Jan 26, 2012

Is Homeschooling for Your Child, Part I: Bullying

(Photo by Marzie)
First off, let me begin by saying this: Not every family, and not every child, is a good candidate for homeschooling.

You should not homeschool if
  1. you spouse vehemently opposes it, or
  2. your child vehemently opposes it, or
  3. you just felt pressured to do it because you've been told "it's what good mothers do."
Well let me tell you now: I had a good mother, and she did not homeschool us.

On the other hand, homeschooling was not a very realistic option during her time. She probably didn't even know the option existed.

But now, lots of us know this option exists. And yes, there are times when it is wise to take this option.

So when should your family consider homeschooling your child?

Reason 1: Your child is being bullied in school.

Bullying is something that no child should ever have to live through. It's inhuman. If your child was bullied by her playmates in daycare, you would probably switch to a different daycare. If your child was bullied in painting/soccer/dance class, you would probably let her stop attending the class or find a different class for her to attend.

But when our children are bullied in school, we let them stay in that school with pacifying words such as "Don't pay them any attention."

Parents, you have to understand: it's impossible not to pay attention to a bully. Even if they don't attack you directly, they will attack you emotionally. 

The physiology of a child allows her to heal from physical attacks relatively quickly, but the psychology of a child will suffer from the effects of an emotional attack for a long, long time.

I should know; I was bullied in school. By the grace of God, I survived it. But I still believe I will go to heaven when I die because I had already been to hell when I was in school.

Do not make the mistake of ignoring this, parents. Children who have heard "Don't let them get to you" from their parents often enough will eventually learn to just keep quiet about the bullying they receive. Then their parents think everything is now all right.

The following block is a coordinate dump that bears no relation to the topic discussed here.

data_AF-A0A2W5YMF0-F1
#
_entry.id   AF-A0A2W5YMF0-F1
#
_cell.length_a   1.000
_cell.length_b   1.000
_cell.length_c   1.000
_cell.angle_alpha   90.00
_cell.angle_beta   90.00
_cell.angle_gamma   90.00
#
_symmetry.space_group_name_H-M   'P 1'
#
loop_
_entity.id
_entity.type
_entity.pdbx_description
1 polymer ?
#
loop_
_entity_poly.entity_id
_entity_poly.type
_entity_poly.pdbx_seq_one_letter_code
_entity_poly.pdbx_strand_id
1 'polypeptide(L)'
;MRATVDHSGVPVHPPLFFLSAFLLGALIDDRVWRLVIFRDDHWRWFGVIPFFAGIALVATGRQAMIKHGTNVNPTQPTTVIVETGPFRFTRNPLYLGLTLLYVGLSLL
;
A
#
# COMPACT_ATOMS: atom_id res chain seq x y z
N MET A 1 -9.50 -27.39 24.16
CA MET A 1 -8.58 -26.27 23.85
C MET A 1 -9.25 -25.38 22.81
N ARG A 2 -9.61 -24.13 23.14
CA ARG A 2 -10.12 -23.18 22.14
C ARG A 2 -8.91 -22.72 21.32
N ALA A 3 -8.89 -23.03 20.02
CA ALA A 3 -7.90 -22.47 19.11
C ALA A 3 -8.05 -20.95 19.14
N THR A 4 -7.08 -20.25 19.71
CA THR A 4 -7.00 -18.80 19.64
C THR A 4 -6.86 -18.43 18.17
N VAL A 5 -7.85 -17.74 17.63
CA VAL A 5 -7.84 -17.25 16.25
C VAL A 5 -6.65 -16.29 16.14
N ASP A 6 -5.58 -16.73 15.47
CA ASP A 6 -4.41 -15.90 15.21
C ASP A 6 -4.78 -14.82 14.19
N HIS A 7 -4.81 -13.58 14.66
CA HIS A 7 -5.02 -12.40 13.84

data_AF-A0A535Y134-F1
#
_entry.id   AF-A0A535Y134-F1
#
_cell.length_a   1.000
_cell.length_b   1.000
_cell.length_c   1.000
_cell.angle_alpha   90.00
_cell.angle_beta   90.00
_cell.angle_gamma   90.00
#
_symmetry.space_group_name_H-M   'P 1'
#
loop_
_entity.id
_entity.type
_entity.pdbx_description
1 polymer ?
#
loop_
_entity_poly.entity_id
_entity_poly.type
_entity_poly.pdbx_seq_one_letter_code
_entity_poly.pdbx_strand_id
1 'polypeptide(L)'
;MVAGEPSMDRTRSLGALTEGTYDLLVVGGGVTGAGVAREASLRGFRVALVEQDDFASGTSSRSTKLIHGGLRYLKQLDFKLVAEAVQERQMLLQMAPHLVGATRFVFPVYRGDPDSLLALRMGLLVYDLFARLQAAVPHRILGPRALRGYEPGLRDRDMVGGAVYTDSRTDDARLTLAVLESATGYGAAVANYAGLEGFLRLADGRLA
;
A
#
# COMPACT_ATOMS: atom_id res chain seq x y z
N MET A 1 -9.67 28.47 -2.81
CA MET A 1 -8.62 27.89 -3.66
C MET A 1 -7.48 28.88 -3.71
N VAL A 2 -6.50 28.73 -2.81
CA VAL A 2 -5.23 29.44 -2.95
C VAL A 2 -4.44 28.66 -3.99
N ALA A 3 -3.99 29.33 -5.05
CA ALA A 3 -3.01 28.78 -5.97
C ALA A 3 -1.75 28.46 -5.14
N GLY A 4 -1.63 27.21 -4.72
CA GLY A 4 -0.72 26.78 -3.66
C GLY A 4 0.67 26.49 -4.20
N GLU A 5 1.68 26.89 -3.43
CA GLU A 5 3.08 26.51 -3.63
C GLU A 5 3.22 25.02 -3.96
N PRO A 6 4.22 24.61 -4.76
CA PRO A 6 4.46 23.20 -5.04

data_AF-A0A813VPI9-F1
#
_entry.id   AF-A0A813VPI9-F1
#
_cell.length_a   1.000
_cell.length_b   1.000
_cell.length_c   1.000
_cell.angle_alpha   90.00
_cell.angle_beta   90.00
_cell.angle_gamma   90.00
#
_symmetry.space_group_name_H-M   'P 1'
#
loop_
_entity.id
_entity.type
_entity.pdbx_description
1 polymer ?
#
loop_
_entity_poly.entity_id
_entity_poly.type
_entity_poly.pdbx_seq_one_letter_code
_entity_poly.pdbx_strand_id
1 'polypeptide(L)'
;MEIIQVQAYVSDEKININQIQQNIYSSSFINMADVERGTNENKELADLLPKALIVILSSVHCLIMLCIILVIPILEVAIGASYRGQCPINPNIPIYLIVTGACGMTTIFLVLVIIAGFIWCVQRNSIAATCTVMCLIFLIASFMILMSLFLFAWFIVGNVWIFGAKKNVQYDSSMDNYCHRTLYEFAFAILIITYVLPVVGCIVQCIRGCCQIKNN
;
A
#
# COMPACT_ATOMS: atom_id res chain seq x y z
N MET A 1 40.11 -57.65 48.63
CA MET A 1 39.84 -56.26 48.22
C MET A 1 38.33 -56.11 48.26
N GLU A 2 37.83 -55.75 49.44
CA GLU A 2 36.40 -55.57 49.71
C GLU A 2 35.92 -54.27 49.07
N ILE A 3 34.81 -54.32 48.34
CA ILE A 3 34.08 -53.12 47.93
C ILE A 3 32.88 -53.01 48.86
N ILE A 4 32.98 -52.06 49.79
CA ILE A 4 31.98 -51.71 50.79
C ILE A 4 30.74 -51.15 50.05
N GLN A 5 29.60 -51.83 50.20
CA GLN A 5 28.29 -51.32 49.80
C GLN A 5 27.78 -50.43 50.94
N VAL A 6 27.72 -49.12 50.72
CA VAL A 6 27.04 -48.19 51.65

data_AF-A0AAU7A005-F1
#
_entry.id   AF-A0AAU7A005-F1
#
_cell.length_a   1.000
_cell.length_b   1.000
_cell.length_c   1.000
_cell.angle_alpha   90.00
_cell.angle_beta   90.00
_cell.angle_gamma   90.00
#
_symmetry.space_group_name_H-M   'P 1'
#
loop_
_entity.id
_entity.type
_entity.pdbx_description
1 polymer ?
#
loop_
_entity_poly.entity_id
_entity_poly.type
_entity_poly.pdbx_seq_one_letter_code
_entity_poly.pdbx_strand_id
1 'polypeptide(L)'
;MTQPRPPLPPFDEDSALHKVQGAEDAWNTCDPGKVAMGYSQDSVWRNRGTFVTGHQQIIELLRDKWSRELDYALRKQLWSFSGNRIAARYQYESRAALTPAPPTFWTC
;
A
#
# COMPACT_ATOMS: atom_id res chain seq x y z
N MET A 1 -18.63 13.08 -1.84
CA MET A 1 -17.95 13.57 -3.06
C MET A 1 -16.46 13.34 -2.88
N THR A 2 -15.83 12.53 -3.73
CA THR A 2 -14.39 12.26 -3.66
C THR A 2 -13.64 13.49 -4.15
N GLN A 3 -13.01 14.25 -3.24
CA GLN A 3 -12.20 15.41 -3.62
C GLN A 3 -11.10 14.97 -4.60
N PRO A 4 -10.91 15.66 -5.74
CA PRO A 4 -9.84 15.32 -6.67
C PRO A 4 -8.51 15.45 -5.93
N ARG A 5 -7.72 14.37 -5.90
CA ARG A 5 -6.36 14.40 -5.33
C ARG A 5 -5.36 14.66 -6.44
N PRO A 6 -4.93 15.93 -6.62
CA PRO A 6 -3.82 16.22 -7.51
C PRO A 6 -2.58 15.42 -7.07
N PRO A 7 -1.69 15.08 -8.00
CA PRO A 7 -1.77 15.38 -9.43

The next thing you know, the child tries to kill herself. Sometimes, tragically, the child succeeds.

One thing I've often been told before is, "These experiences will help your child grow into a better person. It will teach her to handle difficult people."

My answer is this: Maltreatment does not turn us to better people. Situational adversities, such as poverty or failure or physical handicaps, provide occasions for us to become stronger when we overcome them. But the cruelty of another human being does not turn us to better people.

If we sincerely believed that human cruelty is, in the long run, good for our children, then why are we so quick to cry "Foul" when a teacher spanks our child, even if we know in our hearts that the teacher had the best of intentions?

If my child needs to learn to handle difficult people, he does not need an encounter with a bully for that. He has his parents to practice on.

Again, parents, if your child is being bullied in school, please strongly consider letting her get her education at home.

Why not? Inventors Alexander Graham Bell and Thomas Edison, US President Abraham Lincoln, finance wizard Andrew Carnegie, the Jonas Brothers, and my favorite author, Louisa May Alcott, were all homeschooled, and they all turned out okay. (For a more complete listing of famous people who were homeschooled, click here.)

In the next parts of this series, I will give other situations where homeschooling may be a good option for your family, and how you can homeschool your child if you are a working mother.

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